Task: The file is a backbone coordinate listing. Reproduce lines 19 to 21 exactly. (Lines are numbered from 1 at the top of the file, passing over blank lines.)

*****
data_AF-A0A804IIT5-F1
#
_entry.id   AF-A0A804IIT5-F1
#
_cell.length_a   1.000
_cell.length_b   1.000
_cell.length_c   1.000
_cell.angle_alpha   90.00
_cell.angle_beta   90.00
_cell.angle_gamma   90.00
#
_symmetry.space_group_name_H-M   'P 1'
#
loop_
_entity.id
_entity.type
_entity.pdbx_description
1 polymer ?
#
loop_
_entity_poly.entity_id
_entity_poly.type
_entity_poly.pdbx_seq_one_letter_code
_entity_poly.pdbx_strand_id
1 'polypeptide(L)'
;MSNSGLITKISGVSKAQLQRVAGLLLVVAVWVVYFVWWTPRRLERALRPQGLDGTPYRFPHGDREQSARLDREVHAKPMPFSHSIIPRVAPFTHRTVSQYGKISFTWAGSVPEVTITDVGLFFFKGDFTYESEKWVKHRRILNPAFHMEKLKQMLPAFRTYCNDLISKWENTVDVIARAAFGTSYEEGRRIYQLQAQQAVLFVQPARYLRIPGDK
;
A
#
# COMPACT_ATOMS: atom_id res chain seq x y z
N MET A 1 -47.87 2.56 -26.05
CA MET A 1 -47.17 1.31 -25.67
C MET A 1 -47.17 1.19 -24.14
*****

#
loop_
_entity_poly.entity_id